M.L. Miller here! As I go into the tenth year of reviewing horror films, I wanted to go back to the beginning and repost some of the films I loved. Moving on to Year Four of my year-long Retro-Best in Horror I’m recapping the Countdown beginning officially on October 1, 2013 and going through September 30, 2014. I have posted compilation lists in the past, but a lot of those old reviews haven’t seen the light of day since they were first posted many moons ago. Being the OCD person that I am, I have also worked and reworked the list, looking back at my own choices and shifting them around, and even adding a few that I might have missed or looked over from the year in question. So, if you think you know how these lists are going to turn out, you don’t!
How did I compile this list? I simply looked through films released between October 1st, 2013 and September 30, 2014 and worked and reworked the list until I had the magic number—31. Again, I never call myself any kind of expert in horror. I simply watch a lot of horror films and love writing about them. Don’t forget to like and share my picks with your pals across the web on your own personal social media. Chime in after the review and let me know what you think of the film, how on the nose or mind-numbingly wrong I am, or most importantly, come up with your own darn list…let’s go!
Released on January 14, 2014. Available on digital download, On Demand, and DVD/Blu-ray!
PLUS ONE (2014)
Directed by Dennis Iliadis
Written by Bill Gullo (screenplay), Dennis Iliadis (story)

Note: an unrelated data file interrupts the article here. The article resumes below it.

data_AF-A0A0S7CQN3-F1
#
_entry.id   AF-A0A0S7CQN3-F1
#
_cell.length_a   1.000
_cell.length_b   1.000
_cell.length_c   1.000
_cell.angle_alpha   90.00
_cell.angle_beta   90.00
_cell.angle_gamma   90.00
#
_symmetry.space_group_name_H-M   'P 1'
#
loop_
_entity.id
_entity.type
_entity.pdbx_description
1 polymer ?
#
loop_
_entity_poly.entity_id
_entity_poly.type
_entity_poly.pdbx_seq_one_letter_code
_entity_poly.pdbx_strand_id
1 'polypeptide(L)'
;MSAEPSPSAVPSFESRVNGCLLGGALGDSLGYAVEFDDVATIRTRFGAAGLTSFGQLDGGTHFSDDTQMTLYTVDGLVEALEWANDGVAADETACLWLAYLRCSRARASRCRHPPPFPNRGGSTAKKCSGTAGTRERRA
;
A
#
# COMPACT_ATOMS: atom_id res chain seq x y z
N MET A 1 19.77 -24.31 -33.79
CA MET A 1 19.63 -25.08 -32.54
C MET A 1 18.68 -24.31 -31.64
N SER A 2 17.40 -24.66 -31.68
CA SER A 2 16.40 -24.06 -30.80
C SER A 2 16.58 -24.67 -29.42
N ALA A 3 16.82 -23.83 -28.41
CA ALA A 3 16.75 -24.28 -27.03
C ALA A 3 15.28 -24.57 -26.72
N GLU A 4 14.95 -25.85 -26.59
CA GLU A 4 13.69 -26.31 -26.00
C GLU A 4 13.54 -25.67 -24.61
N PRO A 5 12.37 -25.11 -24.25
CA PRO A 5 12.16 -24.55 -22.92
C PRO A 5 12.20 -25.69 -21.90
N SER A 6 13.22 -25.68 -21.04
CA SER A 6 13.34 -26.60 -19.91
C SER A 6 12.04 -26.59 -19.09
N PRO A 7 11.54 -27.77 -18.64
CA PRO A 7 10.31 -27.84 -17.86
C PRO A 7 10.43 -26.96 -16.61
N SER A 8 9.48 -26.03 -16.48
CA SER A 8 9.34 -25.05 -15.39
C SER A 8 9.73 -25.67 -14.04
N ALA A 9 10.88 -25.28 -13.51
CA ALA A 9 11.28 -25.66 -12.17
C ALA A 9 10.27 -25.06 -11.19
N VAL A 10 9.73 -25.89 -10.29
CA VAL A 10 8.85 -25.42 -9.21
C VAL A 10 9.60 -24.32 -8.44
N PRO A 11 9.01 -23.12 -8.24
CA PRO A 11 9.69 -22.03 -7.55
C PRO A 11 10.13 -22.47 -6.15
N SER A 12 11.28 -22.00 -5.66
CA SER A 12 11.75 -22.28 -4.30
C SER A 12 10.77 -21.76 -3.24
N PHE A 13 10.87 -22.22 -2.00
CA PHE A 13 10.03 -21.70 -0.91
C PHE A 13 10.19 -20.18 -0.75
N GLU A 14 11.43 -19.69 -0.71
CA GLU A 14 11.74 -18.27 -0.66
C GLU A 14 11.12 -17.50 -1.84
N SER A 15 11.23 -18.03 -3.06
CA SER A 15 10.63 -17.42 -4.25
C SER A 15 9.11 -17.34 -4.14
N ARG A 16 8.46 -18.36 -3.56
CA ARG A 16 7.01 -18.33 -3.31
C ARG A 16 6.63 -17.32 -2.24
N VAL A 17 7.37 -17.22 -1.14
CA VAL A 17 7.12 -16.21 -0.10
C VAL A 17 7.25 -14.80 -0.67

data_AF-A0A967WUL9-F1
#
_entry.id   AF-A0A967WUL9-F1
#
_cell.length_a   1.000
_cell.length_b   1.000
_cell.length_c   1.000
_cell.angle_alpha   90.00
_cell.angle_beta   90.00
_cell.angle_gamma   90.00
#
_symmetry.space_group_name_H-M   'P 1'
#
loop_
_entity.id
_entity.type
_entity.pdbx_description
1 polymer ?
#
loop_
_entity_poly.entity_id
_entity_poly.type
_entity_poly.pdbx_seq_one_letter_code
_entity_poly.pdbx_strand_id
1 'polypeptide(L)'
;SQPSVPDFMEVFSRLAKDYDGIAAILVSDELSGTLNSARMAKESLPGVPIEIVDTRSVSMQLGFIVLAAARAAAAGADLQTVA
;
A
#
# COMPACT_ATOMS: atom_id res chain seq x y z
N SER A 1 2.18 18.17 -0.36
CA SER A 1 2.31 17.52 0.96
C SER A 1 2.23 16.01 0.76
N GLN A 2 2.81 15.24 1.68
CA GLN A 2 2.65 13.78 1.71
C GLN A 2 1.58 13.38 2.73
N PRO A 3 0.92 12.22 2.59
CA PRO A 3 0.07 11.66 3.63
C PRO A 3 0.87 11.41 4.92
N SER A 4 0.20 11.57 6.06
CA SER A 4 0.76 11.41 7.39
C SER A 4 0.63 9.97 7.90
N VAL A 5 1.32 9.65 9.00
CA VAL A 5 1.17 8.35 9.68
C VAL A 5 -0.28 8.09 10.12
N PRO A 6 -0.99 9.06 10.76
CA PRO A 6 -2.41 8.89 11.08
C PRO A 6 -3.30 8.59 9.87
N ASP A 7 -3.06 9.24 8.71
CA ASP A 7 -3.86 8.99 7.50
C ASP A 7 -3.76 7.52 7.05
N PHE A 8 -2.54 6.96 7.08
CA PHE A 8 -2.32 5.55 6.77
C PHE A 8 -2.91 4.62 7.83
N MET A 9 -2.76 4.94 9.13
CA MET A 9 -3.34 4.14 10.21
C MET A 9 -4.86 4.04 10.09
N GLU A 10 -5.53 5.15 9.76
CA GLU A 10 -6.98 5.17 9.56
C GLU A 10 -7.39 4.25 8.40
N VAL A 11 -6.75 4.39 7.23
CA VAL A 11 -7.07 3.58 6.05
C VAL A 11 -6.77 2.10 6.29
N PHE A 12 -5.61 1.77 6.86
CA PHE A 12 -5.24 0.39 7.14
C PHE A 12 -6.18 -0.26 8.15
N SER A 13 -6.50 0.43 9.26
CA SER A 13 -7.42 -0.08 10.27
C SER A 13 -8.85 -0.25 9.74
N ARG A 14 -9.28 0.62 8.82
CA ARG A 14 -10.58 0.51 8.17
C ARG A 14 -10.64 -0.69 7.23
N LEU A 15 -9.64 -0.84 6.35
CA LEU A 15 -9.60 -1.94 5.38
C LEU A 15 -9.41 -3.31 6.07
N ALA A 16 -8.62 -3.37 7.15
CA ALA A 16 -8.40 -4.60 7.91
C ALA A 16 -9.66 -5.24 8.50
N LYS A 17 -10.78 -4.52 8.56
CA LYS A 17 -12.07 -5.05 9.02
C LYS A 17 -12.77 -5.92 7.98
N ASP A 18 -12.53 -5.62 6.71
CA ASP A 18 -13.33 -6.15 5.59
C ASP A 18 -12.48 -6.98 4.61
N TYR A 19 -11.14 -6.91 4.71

Starring Rhys Wakefield, Logan Miller, Ashley Hinshaw, Natalie Hall, Rohan Kymal, dam David Thompson, Ronald Ogden, Bernard D. Jones, Brad Mills, April Billingsley, Peter Luis Zimmerman, Josh Warren, Chelsea Hayes, Joey Nappo, Marla Malcolm
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Though time travel stories are probably one of my least favorite sub-genres, I am all for new ideas and PLUS ONE full of them. I guess what it takes for a good time travel film is a firm handle on what’s going on. It’s got to be grounded for me. If a storyteller is able to look at the layout with all of the various moving pieces of a time travel story and is able to maintain a constant thread throughout without losing the audience, that’s going to be a successful film. That’s the type of time travel film I like. Like PREDESTINATION, TIME CRIMES, THE INCIDENT, and films like that. The problem is, keeping watch over this ever-changing, ever-evolving chessboard is about as difficult as it comes, so it’s a rare film indeed that is successfully coherent.